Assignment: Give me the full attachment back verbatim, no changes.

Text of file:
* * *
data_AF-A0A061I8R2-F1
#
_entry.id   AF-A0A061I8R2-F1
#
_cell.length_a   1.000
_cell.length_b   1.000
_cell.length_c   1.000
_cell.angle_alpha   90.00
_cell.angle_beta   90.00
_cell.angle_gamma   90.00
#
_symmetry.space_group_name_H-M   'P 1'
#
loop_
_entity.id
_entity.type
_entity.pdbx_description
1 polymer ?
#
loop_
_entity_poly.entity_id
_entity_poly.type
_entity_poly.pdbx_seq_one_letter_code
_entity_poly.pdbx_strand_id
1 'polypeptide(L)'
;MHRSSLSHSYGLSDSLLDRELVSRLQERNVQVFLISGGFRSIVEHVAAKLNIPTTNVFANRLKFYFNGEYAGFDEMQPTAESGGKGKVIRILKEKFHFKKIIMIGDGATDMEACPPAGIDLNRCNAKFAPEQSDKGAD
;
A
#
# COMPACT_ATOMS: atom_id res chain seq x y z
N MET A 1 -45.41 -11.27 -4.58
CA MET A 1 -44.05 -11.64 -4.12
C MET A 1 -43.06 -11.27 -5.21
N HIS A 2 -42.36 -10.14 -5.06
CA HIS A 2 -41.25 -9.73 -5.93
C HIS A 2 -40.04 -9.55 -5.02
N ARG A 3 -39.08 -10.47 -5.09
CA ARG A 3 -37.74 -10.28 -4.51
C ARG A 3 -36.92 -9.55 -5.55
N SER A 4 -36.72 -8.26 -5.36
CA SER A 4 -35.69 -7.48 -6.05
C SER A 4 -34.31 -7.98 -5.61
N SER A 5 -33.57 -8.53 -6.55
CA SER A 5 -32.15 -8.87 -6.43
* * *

data_AF-A0A061I8R2-F1
#
_entry.id   AF-A0A061I8R2-F1
#
_cell.length_a   1.000
_cell.length_b   1.000
_cell.length_c   1.000
_cell.angle_alpha   90.00
_cell.angle_beta   90.00
_cell.angle_gamma   90.00
#
_symmetry.space_group_name_H-M   'P 1'
#
loop_
_entity.id
_entity.type
_entity.pdbx_description
1 polymer ?
#
loop_
_entity_poly.entity_id
_entity_poly.type
_entity_poly.pdbx_seq_one_letter_code
_entity_poly.pdbx_strand_id
1 'polypeptide(L)'
;MHRSSLSHSYGLSDSLLDRELVSRLQERNVQVFLISGGFRSIVEHVAAKLNIPTTNVFANRLKFYFNGEYAGFDEMQPTAESGGKGKVIRILKEKFHFKKIIMIGDGATDMEACPPAGIDLNRCNAKFAPEQSDKGAD
;
A
#
# COMPACT_ATOMS: atom_id res chain seq x y z
N MET A 1 -45.41 -11.27 -4.58
CA MET A 1 -44.05 -11.64 -4.12
C MET A 1 -43.06 -11.27 -5.21
N HIS A 2 -42.36 -10.14 -5.06
CA HIS A 2 -41.25 -9.73 -5.93
C HIS A 2 -40.04 -9.55 -5.02
N ARG A 3 -39.08 -10.47 -5.09
CA ARG A 3 -37.74 -10.28 -4.51
C ARG A 3 -36.92 -9.55 -5.55
N SER A 4 -36.72 -8.26 -5.36
CA SER A 4 -35.69 -7.48 -6.05
C SER A 4 -34.31 -7.98 -5.61
N SER A 5 -33.57 -8.53 -6.55
CA SER A 5 -32.15 -8.87 -6.43